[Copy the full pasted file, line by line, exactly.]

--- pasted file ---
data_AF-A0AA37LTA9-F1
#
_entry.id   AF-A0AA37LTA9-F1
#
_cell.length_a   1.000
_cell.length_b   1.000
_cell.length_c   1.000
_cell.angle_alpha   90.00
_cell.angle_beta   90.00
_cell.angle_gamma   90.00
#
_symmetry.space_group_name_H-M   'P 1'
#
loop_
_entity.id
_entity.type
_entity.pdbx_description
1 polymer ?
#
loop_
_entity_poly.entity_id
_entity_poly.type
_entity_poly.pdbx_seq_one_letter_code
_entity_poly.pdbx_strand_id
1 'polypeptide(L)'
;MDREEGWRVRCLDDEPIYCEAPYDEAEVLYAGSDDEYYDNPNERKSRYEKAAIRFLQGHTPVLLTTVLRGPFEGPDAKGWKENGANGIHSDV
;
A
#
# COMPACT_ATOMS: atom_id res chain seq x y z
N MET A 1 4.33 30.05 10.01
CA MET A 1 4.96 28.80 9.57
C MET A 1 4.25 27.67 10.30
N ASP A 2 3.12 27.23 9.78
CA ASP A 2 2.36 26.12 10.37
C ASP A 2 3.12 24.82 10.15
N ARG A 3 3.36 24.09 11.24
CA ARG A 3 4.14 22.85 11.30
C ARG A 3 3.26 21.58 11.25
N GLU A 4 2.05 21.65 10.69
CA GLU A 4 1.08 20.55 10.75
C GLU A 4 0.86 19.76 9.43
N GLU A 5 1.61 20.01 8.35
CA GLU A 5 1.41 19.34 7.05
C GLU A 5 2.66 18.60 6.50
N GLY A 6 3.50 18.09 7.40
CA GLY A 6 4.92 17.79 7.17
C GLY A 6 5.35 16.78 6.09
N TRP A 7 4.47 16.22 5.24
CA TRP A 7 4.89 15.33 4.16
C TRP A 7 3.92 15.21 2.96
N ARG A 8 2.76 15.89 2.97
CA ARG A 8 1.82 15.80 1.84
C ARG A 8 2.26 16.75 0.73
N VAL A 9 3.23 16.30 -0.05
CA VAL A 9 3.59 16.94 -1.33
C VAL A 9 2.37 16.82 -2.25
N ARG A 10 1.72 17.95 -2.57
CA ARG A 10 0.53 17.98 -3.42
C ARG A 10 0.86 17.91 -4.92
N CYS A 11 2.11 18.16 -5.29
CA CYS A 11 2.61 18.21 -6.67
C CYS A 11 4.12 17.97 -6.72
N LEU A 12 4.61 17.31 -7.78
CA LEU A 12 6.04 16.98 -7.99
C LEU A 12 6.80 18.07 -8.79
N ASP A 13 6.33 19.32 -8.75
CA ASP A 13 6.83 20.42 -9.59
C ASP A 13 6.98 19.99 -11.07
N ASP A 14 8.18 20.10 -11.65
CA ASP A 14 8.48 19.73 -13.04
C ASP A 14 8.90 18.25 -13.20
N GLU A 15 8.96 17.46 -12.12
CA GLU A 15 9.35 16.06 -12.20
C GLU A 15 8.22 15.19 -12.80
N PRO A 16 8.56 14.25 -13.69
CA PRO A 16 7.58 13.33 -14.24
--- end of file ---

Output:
data_AF-A0AA37LTA9-F1
#
_entry.id   AF-A0AA37LTA9-F1
#
_cell.length_a   1.000
_cell.length_b   1.000
_cell.length_c   1.000
_cell.angle_alpha   90.00
_cell.angle_beta   90.00
_cell.angle_gamma   90.00
#
_symmetry.space_group_name_H-M   'P 1'
#
loop_
_entity.id
_entity.type
_entity.pdbx_description
1 polymer ?
#
loop_
_entity_poly.entity_id
_entity_poly.type
_entity_poly.pdbx_seq_one_letter_code
_entity_poly.pdbx_strand_id
1 'polypeptide(L)'
;MDREEGWRVRCLDDEPIYCEAPYDEAEVLYAGSDDEYYDNPNERKSRYEKAAIRFLQGHTPVLLTTVLRGPFEGPDAKGWKENGANGIHSDV
;
A
#
# COMPACT_ATOMS: atom_id res chain seq x y z
N MET A 1 4.33 30.05 10.01
CA MET A 1 4.96 28.80 9.57
C MET A 1 4.25 27.67 10.30
N ASP A 2 3.12 27.23 9.78
CA ASP A 2 2.36 26.12 10.37
C ASP A 2 3.12 24.82 10.15
N ARG A 3 3.36 24.09 11.24
CA ARG A 3 4.14 22.85 11.30
C ARG A 3 3.26 21.58 11.25
N GLU A 4 2.05 21.65 10.69
CA GLU A 4 1.08 20.55 10.75
C GLU A 4 0.86 19.76 9.43
N GLU A 5 1.61 20.01 8.35
CA GLU A 5 1.41 19.34 7.05
C GLU A 5 2.66 18.60 6.50
N GLY A 6 3.50 18.09 7.40
CA GLY A 6 4.92 17.79 7.17
C GLY A 6 5.35 16.78 6.09
N TRP A 7 4.47 16.22 5.24
CA TRP A 7 4.89 15.33 4.16
C TRP A 7 3.92 15.21 2.96
N ARG A 8 2.76 15.89 2.97
CA ARG A 8 1.82 15.80 1.84
C ARG A 8 2.26 16.75 0.73
N VAL A 9 3.23 16.30 -0.05
CA VAL A 9 3.59 16.94 -1.33
C VAL A 9 2.37 16.82 -2.25
N ARG A 10 1.72 17.95 -2.57
CA ARG A 10 0.53 17.98 -3.42
C ARG A 10 0.86 17.91 -4.92
N CYS A 11 2.11 18.16 -5.29
CA CYS A 11 2.61 18.21 -6.67
C CYS A 11 4.12 17.97 -6.72
N LEU A 12 4.61 17.31 -7.78
CA LEU A 12 6.04 16.98 -7.99
C LEU A 12 6.80 18.07 -8.79
N ASP A 13 6.33 19.32 -8.75
CA ASP A 13 6.83 20.42 -9.59
C ASP A 13 6.98 19.99 -11.07
N ASP A 14 8.18 20.10 -11.65
CA ASP A 14 8.48 19.73 -13.04
C ASP A 14 8.90 18.25 -13.20
N GLU A 15 8.96 17.46 -12.12
CA GLU A 15 9.35 16.06 -12.20
C GLU A 15 8.22 15.19 -12.80
N PRO A 16 8.56 14.25 -13.69
CA PRO A 16 7.58 13.33 -14.24